Friday, October 16, 2009

The Book Industry Turns a Page

Happened to tune into NPR yesterday and a discussion about the ongoing changes in the book industry. Among the points made that will seem familiar to many of us:

ROBERTS: We are also joined on the line by ZZ Packer. She's the author of "Drinking Coffee Elsewhere." She has a new book coming out next year titled "The Thousands." She joins us now from member station KUT in Austin, Texas. Welcome.

So you published your first book in 2003, before Kindle and Facebook and all these other digital tools, but your next book will be out next year. How is being an author changing?

Ms. PACKER: Well, I think one of the things that happens or has happened is that now the author is sort of expected in a way to sort of be, in a way, partly their own publicist, and you know, I guess a person or an author doesn't have to do that, but there are now more tools at their availability.

So there is Twitter. There's Facebook. Some authors in the New York Times just had a profile of an author who, you know, created this sort of YouTube video first and got - and generated a good deal of interest.

So now you're expected, in a way, to be present more as an author, and what you're expected to do is to kind of not just have a sort of shelf life for your book, but your book has to have also sort of this virtual life as well.

ROBERTS: And is that an asset or a burden?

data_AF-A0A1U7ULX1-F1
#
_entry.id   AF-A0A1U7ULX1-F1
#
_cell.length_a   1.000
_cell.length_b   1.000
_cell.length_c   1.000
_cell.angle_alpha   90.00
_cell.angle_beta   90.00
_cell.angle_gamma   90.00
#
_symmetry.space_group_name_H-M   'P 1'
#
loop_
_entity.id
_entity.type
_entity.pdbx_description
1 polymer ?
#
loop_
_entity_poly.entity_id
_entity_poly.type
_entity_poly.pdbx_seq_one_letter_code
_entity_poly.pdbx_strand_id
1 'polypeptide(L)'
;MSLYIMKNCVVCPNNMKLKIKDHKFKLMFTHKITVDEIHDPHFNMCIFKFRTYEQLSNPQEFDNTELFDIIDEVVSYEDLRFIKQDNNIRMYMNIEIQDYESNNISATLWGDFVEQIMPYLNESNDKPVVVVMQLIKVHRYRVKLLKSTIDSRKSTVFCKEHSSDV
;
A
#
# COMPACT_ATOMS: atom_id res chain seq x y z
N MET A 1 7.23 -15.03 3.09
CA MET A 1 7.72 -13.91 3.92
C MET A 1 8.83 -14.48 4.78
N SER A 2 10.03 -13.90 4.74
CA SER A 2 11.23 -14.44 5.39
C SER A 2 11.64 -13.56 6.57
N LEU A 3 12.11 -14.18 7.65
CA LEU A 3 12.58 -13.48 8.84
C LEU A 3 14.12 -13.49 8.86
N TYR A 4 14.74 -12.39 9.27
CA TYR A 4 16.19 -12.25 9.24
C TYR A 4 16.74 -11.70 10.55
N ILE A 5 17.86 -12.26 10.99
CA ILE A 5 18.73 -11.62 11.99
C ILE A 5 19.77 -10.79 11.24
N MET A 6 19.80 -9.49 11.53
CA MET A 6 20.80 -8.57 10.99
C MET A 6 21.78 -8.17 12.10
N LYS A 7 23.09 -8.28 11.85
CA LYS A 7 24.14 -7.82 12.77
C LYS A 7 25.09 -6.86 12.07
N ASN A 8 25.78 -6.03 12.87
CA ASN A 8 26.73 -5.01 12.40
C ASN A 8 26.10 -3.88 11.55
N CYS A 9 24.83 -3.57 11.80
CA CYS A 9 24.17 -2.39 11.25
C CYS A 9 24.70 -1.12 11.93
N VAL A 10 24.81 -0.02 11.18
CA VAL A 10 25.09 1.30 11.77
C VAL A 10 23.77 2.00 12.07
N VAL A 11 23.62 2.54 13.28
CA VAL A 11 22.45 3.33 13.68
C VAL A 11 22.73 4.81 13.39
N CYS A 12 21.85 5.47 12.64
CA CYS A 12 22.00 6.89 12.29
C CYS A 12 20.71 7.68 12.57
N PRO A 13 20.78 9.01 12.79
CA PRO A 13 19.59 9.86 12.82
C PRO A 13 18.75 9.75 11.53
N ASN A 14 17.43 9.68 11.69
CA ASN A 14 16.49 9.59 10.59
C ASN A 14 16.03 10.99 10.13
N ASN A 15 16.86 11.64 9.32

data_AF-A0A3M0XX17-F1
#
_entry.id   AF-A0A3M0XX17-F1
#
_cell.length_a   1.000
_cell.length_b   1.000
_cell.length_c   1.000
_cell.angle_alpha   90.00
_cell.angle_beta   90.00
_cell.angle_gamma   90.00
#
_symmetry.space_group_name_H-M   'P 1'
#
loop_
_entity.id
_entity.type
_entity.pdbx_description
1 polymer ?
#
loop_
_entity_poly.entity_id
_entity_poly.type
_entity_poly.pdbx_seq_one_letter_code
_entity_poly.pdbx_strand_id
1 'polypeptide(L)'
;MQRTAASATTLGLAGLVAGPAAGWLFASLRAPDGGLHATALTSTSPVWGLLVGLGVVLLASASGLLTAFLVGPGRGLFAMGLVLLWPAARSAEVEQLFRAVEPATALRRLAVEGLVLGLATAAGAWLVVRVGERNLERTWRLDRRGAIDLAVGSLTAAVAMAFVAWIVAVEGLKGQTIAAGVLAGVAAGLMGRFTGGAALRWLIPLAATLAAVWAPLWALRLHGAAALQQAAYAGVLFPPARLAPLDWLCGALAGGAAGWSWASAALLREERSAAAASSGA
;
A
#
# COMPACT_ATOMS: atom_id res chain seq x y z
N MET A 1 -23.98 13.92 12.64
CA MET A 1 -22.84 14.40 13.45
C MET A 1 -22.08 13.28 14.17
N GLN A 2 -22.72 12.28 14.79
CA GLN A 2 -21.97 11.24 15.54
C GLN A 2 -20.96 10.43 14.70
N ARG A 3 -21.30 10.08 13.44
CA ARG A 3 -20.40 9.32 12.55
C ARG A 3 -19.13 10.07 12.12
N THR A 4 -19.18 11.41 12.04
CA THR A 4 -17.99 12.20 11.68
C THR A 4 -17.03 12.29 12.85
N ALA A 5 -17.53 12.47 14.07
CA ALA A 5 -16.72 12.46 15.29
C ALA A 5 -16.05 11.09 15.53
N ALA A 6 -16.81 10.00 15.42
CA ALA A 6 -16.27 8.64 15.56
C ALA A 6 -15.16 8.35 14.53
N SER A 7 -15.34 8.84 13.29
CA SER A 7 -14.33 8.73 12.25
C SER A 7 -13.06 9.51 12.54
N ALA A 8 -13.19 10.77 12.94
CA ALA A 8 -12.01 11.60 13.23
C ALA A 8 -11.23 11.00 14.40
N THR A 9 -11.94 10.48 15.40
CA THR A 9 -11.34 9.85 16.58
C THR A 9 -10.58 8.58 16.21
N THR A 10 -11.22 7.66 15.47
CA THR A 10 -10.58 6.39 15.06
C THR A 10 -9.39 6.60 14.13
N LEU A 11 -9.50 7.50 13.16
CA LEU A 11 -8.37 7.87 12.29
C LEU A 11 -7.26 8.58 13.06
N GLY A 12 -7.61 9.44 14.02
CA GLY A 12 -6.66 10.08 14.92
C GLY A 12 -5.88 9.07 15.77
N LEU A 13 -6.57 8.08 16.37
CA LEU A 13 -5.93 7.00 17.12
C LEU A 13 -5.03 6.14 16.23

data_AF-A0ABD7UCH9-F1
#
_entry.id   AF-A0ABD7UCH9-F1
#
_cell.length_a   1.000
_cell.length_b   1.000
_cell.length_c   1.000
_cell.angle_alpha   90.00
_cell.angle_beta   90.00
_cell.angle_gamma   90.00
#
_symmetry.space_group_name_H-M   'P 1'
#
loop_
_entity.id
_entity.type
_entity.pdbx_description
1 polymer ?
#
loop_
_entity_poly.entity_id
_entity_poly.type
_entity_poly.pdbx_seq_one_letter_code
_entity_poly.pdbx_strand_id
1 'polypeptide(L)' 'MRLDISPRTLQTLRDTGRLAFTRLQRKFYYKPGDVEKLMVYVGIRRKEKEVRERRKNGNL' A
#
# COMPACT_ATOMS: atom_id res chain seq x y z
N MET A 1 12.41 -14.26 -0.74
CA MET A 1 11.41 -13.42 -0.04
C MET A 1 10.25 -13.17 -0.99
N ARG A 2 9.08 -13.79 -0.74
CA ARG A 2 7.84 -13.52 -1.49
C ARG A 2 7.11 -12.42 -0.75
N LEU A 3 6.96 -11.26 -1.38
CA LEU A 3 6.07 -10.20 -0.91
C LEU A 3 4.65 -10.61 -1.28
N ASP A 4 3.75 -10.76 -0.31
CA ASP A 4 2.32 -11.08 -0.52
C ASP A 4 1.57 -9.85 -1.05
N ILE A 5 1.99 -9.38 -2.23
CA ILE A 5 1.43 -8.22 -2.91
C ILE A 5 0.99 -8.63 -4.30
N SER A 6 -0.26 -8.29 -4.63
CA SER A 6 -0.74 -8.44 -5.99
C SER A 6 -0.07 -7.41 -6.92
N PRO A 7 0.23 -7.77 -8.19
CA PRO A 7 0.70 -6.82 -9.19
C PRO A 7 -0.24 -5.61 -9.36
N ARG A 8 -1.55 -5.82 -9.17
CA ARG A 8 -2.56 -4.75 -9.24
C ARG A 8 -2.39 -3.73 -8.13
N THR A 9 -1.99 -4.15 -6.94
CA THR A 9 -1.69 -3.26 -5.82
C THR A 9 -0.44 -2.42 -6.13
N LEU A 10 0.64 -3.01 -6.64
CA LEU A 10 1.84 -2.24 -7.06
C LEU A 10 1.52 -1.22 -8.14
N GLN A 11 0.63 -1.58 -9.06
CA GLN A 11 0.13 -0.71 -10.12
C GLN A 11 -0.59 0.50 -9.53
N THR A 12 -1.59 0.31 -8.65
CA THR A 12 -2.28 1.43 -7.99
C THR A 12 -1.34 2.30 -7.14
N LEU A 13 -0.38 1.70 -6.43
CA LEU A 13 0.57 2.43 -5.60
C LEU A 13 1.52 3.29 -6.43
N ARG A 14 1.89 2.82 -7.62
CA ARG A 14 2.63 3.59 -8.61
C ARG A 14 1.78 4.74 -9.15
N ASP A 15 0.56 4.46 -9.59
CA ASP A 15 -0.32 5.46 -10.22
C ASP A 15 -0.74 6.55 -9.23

Ms. PACKER: I think that it can be both. I mean, I think some of the advantages of the Internet and creating this Internet presence and presence for one's book is that so much of what Tina was saying in terms of you can now create this groundswell and have more of a sort of - instead of the top-down model of publicity, where it goes from the publishing house and then later through the newspapers and magazines, and eventually people hear about the book, you know, now authors can get on Facebook, get on a blog or create a blog and generate all of this interest beforehand and during the process and basically take a little more control, and so that is great and it provides a way for some books that wouldn't get heard or talked about or even reviewed in some of the major publications to be able to have this readership.

I know that Rebecca Wells' "Ya-Ya Sisterhood," you know, kind of began as this kind of cult - you know, she went from bookstore to bookstore and eventually just developed this cult following, and that eventually led her onto the New York Times bestseller list, and then you have the same with people like Lakoff in non-fiction with "Don't Think of An Elephant." So in a way it does provide a way to break that chain of, you know, only the sort of big names getting, you know, the big bucks and the big publicity. So now authors can kind of wrest control a little bit.

But a disadvantage would be that, you know, if you're not a natural performer, or if you're a person who, you know, you'd rather just sort of spend your time writing and not necessarily having to hit the pavement as much, then, you know, it becomes - it does take away time from writing to write a blog every day. And it does become very difficult to, you know, go out in front of, you know, book groups if that's not your forte.

Well worth a read and / or listen. The transcript and audio of the discussion is located here.

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